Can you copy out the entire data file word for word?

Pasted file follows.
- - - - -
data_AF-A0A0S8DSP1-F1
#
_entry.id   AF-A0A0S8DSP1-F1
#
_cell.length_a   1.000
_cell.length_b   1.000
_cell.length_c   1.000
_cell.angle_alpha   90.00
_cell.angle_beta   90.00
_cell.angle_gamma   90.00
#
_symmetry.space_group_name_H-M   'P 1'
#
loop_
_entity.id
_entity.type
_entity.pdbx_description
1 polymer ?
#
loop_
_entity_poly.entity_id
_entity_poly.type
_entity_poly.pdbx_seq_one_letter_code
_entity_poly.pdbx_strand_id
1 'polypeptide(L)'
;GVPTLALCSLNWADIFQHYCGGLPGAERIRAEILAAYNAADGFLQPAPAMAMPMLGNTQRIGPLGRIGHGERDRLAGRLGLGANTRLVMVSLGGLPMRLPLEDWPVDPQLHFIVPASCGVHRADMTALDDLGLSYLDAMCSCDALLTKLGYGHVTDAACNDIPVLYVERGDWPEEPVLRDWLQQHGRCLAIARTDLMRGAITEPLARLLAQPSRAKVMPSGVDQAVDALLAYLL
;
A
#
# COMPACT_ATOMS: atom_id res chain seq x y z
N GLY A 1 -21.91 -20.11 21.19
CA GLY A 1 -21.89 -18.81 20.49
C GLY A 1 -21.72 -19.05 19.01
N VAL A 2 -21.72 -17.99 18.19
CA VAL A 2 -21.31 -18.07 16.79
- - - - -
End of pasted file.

data_AF-A0A0S8DSP1-F1
#
_entry.id   AF-A0A0S8DSP1-F1
#
_cell.length_a   1.000
_cell.length_b   1.000
_cell.length_c   1.000
_cell.angle_alpha   90.00
_cell.angle_beta   90.00
_cell.angle_gamma   90.00
#
_symmetry.space_group_name_H-M   'P 1'
#
loop_
_entity.id
_entity.type
_entity.pdbx_description
1 polymer ?
#
loop_
_entity_poly.entity_id
_entity_poly.type
_entity_poly.pdbx_seq_one_letter_code
_entity_poly.pdbx_strand_id
1 'polypeptide(L)'
;GVPTLALCSLNWADIFQHYCGGLPGAERIRAEILAAYNAADGFLQPAPAMAMPMLGNTQRIGPLGRIGHGERDRLAGRLGLGANTRLVMVSLGGLPMRLPLEDWPVDPQLHFIVPASCGVHRADMTALDDLGLSYLDAMCSCDALLTKLGYGHVTDAACNDIPVLYVERGDWPEEPVLRDWLQQHGRCLAIARTDLMRGAITEPLARLLAQPSRAKVMPSGVDQAVDALLAYLL
;
A
#
# COMPACT_ATOMS: atom_id res chain seq x y z
N GLY A 1 -21.91 -20.11 21.19
CA GLY A 1 -21.89 -18.81 20.49
C GLY A 1 -21.72 -19.05 19.01
N VAL A 2 -21.72 -17.99 18.19
CA VAL A 2 -21.31 -18.07 16.79